How To Train Your Body For Sleeping On Your Side


We all sleep in various positions – on the back with arms thrown to the sides, on the tummy with arms hugging the pillow, on the side with arms straight along our bodies and so on!

Usually, nobody sleeps in one single position through the night – we keep turning over or changing. That's probably why some of us find our pillows and blankets (and sometimes our partners) on the floor in the morning.

Perhaps you're a back sleeper or a tummy sleeper (the worst sleeping position), and your current favorite sleeping position isn't working for you anymore.

Or you've heard about some benefits of sleeping on your side, and you want to switch over. For instance, sleeping on your side is recommended for issues like Sleep Apnea (according to various studies including this report by the University of Maryland Medical Center).

Also, if you suffer from temporary respiratory problems like a blocked nose, sleeping on your side can help clear your airways.

How To Sleep On Your Side (The Right Way)

Well, sleeping habits are hard to change, but not impossible. Read on to learn how to sleep on your side (the right way).

1) Make sure your mattress is not too hard

When you sleep on your side, the most pressure is applied on your hips, neck, and shoulders. For this reason, a too-firm mattress can cause pain in those areas. Look for a mattress that is soft enough not to hurt your body, but provides adequate support so that your body doesn't sink in and adversely impact the alignment of your spine. Try a few products before buying one.

2) Get a pillow of the right height

The general principle for proper spinal support when lying on your side is that your neck, spine, and hips should be aligned in a straight, neutral position. It can be achieved by using a side sleeper pillow that's high enough to bring your neck to the same level as the other two. If your head sags downwards, it puts a lot of strain on your neck which in turn is the perfect recipe for severe neck pain the next morning.

The firmness of the pillow also matters as a too-soft pillow will just sink under your head with the same result as a flat pillow. So, if you are suffering from neck pain, pick a pillow that is just high enough and firm enough to support your neck correctly.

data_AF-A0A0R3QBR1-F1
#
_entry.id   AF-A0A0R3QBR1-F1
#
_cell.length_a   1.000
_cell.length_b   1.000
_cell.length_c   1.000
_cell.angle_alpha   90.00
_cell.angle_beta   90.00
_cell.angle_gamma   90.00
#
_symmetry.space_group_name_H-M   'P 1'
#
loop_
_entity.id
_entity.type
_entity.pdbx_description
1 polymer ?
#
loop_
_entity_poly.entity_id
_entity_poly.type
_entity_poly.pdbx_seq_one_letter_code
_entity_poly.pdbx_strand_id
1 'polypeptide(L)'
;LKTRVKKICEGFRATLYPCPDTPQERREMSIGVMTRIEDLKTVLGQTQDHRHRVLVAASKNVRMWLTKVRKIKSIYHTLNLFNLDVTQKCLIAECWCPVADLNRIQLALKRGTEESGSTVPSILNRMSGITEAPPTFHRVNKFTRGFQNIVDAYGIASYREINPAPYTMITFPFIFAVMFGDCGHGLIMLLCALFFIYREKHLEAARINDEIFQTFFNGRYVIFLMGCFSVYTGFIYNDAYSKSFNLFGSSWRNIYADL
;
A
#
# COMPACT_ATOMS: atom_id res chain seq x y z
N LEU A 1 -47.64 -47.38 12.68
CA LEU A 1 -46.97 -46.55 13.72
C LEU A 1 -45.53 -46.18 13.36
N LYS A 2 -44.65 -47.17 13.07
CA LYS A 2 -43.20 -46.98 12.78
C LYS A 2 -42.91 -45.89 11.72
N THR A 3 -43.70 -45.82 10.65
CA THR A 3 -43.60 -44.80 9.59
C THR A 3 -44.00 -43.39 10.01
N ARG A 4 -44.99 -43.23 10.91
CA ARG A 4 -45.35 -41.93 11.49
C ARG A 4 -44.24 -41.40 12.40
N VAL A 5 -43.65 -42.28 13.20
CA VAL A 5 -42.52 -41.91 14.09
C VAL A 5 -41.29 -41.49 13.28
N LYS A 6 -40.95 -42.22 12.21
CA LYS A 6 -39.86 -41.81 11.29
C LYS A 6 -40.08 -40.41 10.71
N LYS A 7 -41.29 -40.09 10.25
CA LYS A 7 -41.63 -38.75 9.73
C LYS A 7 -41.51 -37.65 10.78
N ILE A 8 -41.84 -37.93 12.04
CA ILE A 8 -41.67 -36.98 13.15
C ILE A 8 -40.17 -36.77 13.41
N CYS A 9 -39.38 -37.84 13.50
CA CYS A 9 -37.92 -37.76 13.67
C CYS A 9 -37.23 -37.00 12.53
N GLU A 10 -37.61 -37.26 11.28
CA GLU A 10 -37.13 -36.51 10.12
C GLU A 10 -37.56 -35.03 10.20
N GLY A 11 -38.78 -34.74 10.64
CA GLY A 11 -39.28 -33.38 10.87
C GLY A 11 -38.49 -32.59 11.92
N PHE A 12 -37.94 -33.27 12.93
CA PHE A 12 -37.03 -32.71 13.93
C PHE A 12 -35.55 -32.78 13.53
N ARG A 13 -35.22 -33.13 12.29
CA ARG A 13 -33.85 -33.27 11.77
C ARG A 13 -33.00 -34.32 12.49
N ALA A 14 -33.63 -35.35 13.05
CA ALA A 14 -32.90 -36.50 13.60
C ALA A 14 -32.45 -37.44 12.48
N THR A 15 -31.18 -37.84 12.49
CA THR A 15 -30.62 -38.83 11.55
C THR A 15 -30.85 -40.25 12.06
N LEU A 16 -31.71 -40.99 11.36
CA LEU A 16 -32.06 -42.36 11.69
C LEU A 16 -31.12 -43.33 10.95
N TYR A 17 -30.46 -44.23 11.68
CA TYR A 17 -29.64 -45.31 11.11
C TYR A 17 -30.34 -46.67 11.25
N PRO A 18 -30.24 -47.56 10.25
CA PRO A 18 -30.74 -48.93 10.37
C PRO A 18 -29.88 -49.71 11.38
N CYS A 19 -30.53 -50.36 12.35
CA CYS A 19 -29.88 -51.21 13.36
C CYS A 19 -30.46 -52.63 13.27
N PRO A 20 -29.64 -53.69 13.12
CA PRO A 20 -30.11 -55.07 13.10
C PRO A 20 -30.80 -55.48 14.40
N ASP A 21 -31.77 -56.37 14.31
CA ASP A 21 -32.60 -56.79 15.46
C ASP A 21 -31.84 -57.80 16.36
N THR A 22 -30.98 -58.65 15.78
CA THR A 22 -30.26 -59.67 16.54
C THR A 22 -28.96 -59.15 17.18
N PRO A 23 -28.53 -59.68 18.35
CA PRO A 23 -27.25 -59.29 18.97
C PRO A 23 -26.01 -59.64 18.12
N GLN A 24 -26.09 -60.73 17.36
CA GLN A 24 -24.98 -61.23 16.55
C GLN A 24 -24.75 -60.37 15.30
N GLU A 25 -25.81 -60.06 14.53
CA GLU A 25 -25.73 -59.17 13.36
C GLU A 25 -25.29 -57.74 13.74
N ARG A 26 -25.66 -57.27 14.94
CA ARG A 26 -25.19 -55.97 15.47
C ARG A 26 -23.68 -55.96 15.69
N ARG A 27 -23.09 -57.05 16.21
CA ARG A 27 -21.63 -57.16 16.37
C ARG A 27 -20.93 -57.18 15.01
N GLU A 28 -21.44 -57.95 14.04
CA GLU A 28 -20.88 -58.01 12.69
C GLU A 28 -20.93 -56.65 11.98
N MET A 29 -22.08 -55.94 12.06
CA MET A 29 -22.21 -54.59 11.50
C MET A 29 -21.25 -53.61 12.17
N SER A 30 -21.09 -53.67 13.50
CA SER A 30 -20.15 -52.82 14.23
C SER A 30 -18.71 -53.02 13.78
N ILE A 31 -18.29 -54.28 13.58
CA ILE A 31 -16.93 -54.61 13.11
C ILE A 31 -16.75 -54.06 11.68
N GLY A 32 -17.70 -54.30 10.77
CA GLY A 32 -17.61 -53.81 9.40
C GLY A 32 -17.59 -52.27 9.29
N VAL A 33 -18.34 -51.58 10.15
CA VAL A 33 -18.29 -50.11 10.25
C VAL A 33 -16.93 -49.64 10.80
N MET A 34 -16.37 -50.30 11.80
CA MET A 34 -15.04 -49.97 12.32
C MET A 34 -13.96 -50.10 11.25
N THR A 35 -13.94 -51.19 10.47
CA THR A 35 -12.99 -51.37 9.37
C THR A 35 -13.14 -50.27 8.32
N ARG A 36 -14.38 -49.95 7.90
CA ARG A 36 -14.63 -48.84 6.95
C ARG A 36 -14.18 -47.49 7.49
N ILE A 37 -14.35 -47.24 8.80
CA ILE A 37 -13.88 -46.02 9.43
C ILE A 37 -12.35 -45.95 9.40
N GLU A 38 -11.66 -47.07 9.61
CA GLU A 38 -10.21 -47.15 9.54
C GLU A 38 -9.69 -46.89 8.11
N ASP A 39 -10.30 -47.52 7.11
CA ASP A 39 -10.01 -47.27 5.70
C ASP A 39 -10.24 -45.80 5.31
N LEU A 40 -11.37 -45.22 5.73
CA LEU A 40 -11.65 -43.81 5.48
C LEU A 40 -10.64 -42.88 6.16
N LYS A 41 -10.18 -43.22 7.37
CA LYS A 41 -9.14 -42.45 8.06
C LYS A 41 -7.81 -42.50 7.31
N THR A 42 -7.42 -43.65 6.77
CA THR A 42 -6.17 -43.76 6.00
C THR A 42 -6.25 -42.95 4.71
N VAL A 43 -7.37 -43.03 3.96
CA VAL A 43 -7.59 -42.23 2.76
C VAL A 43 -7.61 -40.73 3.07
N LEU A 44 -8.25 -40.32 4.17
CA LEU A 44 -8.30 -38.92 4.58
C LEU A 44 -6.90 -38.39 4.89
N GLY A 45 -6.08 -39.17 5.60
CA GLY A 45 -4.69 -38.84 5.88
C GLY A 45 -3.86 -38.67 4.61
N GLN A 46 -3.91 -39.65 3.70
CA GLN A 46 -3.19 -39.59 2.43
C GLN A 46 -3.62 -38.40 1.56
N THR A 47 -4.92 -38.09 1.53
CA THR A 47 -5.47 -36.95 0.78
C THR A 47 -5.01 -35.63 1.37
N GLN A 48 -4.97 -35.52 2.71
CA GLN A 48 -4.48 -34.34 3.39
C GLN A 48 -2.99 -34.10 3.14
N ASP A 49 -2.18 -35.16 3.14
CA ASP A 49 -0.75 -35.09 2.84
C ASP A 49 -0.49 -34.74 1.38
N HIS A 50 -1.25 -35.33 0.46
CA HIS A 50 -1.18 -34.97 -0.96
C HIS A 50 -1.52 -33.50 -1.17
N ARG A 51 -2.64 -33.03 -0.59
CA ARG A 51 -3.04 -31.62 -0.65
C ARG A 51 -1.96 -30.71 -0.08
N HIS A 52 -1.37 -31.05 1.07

3) Tuck a thin pillow between your legs

If your top leg (the leg on the side you're not lying on) is left unsupported, it can sag down and put a strain on your hips and spine. To correct this, put a thin pillow between your knees or get a perfectly designed knee pillow so that some of the stress on your hips and lower back is relieved. A rolled up towel can also be used for this purpose. Bend your legs slightly at the knee but not too far towards your stomach to avoid lower back pain.

4) Pick a side, and train yourself to stick to it

According to a study by the Journal of Clinical Gastroenterology, sleeping on the left side is better to avoid heartburn. As we all know, old (sleeping) habits die hard, so even if you start off on your side, you may wake up on your tummy or back the next morning.

To train your body into staying in the side position, try sleeping on a sofa for a few nights so that the narrow space will prevent you from rolling into another position. Another trick is to use a full body pillow to keep you in position. Keep track of how you wake up in the morning – if it's on your side, you're headed towards success!

5) Watch out for “pins and needles.”

One of the possible downsides to sleeping on your side is that your arm/hand can go numb if you use it as a pillow (on top of your actual pillow). It is because your blood circulation is cut off by the pressure of your head and body weight, causing your arm to “fall asleep” (go numb) and you to wake up from the resulting uncomfortable prickling sensation. To prevent this from happening, avoid putting your arm under your head, and make sure your pillow is providing adequate support for your head.

Before You Go!

Studies show that the most common sleeping position is, in fact, on the side, in a fetal position. UK sleep expert Dr. Chris Idzikowski tells us about his survey that yielded this result, in a BBC article.

Preferred sleeping positions may change over time due to environmental factors or other reasons like pregnancy, injuries, indigestion issues, etc. which prevent you from sleeping in certain positions. For instance, a wound in your back can mean you have to sleep on your side or stomach till it heals.

Of the three major sleeping positions, the side sleeping position is second only to sleeping on the back. So if you find yourself unable to sleep on your back anymore for some reason, switch to your side – not your tummy.

For those of you who are reading this just before bedtime and want to try it out at once, go ahead - make yourself a cup of warm sleepy-time tea, hit the sack and put our tips into practice. Sweet dreams!

About the Author Jessica Larsen

I am a big advocate that having great sleep is something everyone deserves. With over 10 years of experience in this field, I would love to use this platform as a means to help you achieve a good night's sleep.

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